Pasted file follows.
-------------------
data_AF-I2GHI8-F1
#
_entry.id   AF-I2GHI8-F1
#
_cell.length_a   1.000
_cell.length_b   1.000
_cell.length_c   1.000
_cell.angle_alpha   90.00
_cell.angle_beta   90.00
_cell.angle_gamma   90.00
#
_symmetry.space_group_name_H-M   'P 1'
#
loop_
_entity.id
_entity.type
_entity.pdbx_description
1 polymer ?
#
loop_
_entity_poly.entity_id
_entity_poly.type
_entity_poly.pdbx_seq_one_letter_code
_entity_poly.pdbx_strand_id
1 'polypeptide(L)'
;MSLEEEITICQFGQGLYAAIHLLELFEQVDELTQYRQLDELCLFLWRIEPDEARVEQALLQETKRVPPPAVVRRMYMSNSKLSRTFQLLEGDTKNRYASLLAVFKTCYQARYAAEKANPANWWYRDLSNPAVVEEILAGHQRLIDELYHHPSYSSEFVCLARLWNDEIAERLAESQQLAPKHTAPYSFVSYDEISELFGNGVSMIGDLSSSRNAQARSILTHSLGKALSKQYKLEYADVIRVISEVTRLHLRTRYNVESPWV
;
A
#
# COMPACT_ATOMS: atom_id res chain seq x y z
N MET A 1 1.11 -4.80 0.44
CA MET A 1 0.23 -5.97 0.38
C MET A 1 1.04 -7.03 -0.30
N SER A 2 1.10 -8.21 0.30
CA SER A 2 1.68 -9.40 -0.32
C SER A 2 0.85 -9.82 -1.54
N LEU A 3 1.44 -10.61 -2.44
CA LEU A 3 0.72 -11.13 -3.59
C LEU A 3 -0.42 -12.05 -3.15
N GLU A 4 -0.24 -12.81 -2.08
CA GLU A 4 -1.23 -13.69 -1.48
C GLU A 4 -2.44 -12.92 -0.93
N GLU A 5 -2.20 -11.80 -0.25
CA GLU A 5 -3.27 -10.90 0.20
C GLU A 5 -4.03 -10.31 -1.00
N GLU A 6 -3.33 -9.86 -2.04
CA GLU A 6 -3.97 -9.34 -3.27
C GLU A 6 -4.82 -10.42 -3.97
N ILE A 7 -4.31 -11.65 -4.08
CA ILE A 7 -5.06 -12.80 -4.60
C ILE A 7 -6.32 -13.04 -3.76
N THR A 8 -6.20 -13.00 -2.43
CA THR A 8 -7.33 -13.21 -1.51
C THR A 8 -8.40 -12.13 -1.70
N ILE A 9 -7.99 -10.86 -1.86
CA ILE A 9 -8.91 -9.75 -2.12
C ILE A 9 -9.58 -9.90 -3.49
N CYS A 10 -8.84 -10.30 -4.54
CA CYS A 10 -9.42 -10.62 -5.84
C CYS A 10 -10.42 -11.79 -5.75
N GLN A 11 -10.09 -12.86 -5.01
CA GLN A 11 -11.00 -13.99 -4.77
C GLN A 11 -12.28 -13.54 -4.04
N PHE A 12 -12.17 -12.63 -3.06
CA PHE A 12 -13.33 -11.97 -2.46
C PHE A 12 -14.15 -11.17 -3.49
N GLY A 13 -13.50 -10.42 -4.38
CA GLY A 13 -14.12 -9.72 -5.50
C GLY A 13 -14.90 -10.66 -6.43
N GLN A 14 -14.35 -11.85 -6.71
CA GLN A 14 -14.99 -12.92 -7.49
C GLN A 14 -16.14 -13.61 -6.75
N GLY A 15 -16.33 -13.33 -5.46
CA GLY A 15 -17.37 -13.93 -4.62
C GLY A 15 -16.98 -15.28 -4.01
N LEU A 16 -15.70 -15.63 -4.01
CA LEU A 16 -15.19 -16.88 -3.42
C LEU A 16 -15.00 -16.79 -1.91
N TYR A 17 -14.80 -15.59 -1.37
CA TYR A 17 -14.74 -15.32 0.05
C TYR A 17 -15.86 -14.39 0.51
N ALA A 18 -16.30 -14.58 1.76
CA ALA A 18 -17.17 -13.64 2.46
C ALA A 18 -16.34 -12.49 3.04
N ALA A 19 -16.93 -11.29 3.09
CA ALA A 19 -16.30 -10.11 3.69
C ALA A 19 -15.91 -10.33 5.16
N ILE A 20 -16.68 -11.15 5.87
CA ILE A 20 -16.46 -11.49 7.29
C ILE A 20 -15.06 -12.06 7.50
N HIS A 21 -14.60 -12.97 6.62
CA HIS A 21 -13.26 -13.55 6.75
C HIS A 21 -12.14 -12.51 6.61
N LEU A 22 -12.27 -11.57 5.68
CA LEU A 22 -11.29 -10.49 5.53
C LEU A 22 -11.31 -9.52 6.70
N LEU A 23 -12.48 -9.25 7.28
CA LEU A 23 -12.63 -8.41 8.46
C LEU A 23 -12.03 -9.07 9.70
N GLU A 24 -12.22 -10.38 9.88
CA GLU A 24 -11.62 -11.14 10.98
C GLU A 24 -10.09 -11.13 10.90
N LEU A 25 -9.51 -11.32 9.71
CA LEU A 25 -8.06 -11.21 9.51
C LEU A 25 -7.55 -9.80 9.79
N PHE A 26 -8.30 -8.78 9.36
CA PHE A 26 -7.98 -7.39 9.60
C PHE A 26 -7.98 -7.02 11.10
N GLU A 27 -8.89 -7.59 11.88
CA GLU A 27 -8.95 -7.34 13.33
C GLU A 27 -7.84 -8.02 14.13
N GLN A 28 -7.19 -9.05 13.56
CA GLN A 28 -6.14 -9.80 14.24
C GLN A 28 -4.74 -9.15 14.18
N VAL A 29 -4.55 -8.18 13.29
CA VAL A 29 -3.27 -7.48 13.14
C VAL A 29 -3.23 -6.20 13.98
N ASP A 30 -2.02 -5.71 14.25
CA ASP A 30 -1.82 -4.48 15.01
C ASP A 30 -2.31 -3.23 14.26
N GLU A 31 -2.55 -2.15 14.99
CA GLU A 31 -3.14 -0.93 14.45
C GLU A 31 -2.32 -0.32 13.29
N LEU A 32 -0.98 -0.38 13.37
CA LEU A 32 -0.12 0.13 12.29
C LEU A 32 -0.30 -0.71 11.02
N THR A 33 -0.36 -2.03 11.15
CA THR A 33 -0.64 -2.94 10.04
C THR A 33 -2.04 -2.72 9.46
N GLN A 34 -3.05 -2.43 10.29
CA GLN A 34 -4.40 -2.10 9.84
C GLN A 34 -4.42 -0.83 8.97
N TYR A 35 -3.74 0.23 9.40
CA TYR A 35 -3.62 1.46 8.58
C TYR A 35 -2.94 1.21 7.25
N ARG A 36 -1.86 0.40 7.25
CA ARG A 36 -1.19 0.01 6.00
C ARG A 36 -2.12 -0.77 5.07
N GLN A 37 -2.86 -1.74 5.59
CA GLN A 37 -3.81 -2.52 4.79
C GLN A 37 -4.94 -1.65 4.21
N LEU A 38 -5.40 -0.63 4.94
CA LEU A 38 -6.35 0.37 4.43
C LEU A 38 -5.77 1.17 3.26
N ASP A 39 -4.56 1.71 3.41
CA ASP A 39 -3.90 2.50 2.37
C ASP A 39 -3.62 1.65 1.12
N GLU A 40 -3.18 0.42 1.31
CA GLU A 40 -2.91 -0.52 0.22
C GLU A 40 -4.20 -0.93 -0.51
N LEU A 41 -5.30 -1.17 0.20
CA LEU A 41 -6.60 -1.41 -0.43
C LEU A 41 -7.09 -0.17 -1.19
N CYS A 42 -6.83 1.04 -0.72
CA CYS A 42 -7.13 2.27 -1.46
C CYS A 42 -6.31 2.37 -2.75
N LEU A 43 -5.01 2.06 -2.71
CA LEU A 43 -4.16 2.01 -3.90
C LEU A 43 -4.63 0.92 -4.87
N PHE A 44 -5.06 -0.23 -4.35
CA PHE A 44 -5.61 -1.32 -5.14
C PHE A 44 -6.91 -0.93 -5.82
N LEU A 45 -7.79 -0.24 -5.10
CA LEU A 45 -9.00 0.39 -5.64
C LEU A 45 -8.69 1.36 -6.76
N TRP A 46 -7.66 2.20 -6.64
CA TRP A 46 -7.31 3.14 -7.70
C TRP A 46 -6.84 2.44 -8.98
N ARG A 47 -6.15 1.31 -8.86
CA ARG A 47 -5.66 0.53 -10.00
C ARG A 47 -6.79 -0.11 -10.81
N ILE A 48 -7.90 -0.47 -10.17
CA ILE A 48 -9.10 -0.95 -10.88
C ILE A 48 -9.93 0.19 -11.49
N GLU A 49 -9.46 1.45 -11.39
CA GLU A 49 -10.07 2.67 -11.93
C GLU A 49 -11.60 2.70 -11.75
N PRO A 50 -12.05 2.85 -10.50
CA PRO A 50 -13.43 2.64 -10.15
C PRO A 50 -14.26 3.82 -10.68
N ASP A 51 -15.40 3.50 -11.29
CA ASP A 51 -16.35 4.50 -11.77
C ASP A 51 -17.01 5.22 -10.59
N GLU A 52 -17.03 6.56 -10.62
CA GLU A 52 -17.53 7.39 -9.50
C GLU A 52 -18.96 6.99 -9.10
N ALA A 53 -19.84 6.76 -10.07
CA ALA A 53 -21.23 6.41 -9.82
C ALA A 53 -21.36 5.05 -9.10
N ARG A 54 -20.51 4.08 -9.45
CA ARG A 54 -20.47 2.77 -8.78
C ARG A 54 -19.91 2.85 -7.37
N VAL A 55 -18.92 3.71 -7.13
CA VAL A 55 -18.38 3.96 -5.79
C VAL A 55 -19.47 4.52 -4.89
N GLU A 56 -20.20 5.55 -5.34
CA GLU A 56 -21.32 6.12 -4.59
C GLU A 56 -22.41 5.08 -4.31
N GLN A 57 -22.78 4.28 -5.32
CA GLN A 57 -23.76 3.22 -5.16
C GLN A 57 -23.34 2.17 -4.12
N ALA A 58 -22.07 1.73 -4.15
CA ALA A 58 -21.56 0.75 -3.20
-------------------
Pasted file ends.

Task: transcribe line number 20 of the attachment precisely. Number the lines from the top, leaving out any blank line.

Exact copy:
loop_